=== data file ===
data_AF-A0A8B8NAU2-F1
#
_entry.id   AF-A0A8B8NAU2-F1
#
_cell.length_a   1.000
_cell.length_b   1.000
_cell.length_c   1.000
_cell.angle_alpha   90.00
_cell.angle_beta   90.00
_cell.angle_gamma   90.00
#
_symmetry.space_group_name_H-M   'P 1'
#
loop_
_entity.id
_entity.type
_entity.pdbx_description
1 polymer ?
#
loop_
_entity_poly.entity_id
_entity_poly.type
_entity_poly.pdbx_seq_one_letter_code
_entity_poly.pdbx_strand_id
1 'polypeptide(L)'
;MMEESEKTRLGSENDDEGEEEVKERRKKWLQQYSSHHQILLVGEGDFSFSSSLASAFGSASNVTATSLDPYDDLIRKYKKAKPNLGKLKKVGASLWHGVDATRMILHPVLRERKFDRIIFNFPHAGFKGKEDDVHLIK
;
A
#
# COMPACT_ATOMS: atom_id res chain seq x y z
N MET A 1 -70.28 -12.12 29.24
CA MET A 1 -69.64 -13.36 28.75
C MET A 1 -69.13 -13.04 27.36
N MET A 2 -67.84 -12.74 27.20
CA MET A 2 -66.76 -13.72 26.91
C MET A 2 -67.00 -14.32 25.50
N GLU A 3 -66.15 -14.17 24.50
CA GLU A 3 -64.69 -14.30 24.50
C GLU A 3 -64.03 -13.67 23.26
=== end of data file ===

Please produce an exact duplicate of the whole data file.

data_AF-A0A8B8NAU2-F1
#
_entry.id   AF-A0A8B8NAU2-F1
#
_cell.length_a   1.000
_cell.length_b   1.000
_cell.length_c   1.000
_cell.angle_alpha   90.00
_cell.angle_beta   90.00
_cell.angle_gamma   90.00
#
_symmetry.space_group_name_H-M   'P 1'
#
loop_
_entity.id
_entity.type
_entity.pdbx_description
1 polymer ?
#
loop_
_entity_poly.entity_id
_entity_poly.type
_entity_poly.pdbx_seq_one_letter_code
_entity_poly.pdbx_strand_id
1 'polypeptide(L)'
;MMEESEKTRLGSENDDEGEEEVKERRKKWLQQYSSHHQILLVGEGDFSFSSSLASAFGSASNVTATSLDPYDDLIRKYKKAKPNLGKLKKVGASLWHGVDATRMILHPVLRERKFDRIIFNFPHAGFKGKEDDVHLIK
;
A
#
# COMPACT_ATOMS: atom_id res chain seq x y z
N MET A 1 -70.28 -12.12 29.24
CA MET A 1 -69.64 -13.36 28.75
C MET A 1 -69.13 -13.04 27.36
N MET A 2 -67.84 -12.74 27.20
CA MET A 2 -66.76 -13.72 26.91
C MET A 2 -67.00 -14.32 25.50
N GLU A 3 -66.15 -14.17 24.50
CA GLU A 3 -64.69 -14.30 24.50
C GLU A 3 -64.03 -13.67 23.26